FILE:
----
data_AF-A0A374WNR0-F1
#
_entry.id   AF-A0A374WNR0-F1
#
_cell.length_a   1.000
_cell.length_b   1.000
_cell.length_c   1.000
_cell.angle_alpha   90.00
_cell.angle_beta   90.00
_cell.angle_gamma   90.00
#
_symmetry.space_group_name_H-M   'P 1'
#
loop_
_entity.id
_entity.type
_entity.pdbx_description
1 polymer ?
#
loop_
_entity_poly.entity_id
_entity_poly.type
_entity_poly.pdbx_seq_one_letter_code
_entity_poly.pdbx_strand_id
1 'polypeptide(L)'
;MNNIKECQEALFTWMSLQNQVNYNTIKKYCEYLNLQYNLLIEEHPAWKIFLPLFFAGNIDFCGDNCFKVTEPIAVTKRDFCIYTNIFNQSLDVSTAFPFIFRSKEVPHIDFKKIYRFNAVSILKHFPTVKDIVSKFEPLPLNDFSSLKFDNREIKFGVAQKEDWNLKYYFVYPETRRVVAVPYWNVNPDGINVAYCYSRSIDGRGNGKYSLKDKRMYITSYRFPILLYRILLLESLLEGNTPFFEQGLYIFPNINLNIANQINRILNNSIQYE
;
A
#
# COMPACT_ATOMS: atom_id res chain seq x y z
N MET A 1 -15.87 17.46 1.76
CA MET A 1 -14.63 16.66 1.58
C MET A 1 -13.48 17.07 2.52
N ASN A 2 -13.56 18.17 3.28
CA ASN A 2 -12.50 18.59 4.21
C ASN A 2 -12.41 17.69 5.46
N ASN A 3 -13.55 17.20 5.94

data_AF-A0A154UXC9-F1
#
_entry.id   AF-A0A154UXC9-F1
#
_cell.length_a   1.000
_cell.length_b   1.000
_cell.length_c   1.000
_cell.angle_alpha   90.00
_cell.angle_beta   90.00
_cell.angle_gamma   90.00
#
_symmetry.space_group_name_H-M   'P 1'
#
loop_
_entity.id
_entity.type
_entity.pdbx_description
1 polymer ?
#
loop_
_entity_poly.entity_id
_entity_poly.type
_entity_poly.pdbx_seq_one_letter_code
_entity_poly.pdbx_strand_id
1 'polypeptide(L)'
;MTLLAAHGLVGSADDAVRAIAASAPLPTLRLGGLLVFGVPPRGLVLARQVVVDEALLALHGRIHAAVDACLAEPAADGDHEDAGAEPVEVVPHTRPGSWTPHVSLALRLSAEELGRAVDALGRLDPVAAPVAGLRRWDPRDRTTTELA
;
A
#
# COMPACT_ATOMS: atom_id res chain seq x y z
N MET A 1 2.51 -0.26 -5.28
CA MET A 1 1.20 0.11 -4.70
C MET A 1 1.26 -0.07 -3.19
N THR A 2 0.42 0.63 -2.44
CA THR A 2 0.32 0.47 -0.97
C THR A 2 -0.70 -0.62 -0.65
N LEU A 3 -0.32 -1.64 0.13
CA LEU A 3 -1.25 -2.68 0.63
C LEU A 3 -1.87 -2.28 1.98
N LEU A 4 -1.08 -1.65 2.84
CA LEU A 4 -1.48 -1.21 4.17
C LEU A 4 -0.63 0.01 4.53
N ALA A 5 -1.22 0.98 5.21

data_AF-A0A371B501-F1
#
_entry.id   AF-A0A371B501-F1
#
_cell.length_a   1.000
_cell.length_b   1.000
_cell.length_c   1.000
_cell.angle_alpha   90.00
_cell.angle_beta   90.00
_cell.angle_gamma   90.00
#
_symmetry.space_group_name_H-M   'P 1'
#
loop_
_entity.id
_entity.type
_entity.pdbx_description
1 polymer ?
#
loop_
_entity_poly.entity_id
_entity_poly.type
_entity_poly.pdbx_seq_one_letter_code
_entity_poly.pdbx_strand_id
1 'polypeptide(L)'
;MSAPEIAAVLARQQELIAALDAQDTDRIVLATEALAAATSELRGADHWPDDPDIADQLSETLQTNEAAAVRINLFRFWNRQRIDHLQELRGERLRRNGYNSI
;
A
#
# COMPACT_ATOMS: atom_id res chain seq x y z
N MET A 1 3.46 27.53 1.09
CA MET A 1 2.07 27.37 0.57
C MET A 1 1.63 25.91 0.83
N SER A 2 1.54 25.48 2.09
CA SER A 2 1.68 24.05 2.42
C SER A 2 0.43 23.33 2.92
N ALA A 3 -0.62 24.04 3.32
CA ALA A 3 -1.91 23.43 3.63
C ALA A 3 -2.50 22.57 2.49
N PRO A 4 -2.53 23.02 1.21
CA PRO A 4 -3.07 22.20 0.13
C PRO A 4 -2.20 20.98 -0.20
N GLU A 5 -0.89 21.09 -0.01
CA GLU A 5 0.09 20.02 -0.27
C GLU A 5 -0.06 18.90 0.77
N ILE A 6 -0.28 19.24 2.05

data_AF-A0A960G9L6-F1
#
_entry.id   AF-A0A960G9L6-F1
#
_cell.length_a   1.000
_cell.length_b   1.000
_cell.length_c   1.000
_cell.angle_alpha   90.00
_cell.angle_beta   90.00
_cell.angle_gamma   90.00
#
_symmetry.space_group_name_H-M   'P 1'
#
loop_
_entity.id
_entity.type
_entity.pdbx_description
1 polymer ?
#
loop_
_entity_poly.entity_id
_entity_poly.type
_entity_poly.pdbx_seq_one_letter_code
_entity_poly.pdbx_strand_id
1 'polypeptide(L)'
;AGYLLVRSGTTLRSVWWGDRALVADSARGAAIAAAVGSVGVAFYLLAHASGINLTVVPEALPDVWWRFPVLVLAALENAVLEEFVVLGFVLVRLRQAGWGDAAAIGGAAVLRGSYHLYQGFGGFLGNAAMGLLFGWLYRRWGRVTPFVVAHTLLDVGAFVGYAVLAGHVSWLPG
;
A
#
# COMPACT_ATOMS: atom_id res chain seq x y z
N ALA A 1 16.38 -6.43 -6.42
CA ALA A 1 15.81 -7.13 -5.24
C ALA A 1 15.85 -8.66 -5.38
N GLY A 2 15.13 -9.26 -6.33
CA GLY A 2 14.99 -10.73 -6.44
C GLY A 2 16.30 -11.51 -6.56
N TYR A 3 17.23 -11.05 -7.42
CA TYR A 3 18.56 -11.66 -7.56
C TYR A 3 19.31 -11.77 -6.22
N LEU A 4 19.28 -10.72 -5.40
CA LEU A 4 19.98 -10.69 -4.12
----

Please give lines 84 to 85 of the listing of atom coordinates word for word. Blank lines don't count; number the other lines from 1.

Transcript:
#
_cell.length_a   1.000